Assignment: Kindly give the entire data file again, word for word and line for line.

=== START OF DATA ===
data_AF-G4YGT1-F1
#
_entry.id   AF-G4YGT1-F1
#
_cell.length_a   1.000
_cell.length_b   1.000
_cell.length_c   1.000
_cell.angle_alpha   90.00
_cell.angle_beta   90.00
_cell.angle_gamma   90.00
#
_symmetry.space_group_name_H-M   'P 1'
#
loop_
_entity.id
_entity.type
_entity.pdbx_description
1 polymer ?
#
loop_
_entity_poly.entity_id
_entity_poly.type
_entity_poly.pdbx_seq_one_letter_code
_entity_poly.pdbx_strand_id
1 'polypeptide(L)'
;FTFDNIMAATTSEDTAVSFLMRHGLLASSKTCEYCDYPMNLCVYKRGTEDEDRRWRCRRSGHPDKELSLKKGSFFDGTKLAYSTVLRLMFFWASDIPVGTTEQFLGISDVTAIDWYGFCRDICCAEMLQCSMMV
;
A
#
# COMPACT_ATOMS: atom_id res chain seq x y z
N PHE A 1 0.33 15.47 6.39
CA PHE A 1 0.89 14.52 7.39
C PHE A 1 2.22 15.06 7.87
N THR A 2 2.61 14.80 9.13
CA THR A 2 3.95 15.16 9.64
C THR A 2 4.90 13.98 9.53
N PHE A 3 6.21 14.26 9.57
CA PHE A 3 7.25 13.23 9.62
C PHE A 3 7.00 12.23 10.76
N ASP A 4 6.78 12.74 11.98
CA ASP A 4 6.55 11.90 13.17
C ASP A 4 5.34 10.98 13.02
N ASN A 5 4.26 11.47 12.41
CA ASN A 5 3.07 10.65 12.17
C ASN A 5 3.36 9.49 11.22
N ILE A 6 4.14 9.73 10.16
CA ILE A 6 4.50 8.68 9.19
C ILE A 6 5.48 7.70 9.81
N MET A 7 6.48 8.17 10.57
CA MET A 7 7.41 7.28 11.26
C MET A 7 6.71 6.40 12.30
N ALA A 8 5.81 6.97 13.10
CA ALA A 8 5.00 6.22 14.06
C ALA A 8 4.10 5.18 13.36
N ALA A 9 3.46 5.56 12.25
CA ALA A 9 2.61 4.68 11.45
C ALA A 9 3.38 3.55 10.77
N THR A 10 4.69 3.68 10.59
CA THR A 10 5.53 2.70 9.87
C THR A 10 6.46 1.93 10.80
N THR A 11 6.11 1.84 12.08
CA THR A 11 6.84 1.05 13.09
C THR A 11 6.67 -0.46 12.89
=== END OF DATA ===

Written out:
data_AF-G4YGT1-F1
#
_entry.id   AF-G4YGT1-F1
#
_cell.length_a   1.000
_cell.length_b   1.000
_cell.length_c   1.000
_cell.angle_alpha   90.00
_cell.angle_beta   90.00
_cell.angle_gamma   90.00
#
_symmetry.space_group_name_H-M   'P 1'
#
loop_
_entity.id
_entity.type
_entity.pdbx_description
1 polymer ?
#
loop_
_entity_poly.entity_id
_entity_poly.type
_entity_poly.pdbx_seq_one_letter_code
_entity_poly.pdbx_strand_id
1 'polypeptide(L)'
;FTFDNIMAATTSEDTAVSFLMRHGLLASSKTCEYCDYPMNLCVYKRGTEDEDRRWRCRRSGHPDKELSLKKGSFFDGTKLAYSTVLRLMFFWASDIPVGTTEQFLGISDVTAIDWYGFCRDICCAEMLQCSMMV
;
A
#
# COMPACT_ATOMS: atom_id res chain seq x y z
N PHE A 1 0.33 15.47 6.39
CA PHE A 1 0.89 14.52 7.39
C PHE A 1 2.22 15.06 7.87
N THR A 2 2.61 14.80 9.13
CA THR A 2 3.95 15.16 9.64
C THR A 2 4.90 13.98 9.53
N PHE A 3 6.21 14.26 9.57
CA PHE A 3 7.25 13.23 9.62
C PHE A 3 7.00 12.23 10.76
N ASP A 4 6.78 12.74 11.98
CA ASP A 4 6.55 11.90 13.17
C ASP A 4 5.34 10.98 13.02
N ASN A 5 4.26 11.47 12.41
CA ASN A 5 3.07 10.65 12.17
C ASN A 5 3.36 9.49 11.22
N ILE A 6 4.14 9.73 10.16
CA ILE A 6 4.50 8.68 9.19
C ILE A 6 5.48 7.70 9.81
N MET A 7 6.48 8.17 10.57
CA MET A 7 7.41 7.28 11.26
C MET A 7 6.71 6.40 12.30
N ALA A 8 5.81 6.97 13.10
CA ALA A 8 5.00 6.22 14.06
C ALA A 8 4.10 5.18 13.36
N ALA A 9 3.46 5.56 12.25
CA ALA A 9 2.61 4.68 11.45
C ALA A 9 3.38 3.55 10.77
N THR A 10 4.69 3.68 10.59
CA THR A 10 5.53 2.70 9.87
C THR A 10 6.46 1.93 10.80
N THR A 11 6.11 1.84 12.08
CA THR A 11 6.84 1.05 13.09
C THR A 11 6.67 -0.46 12.89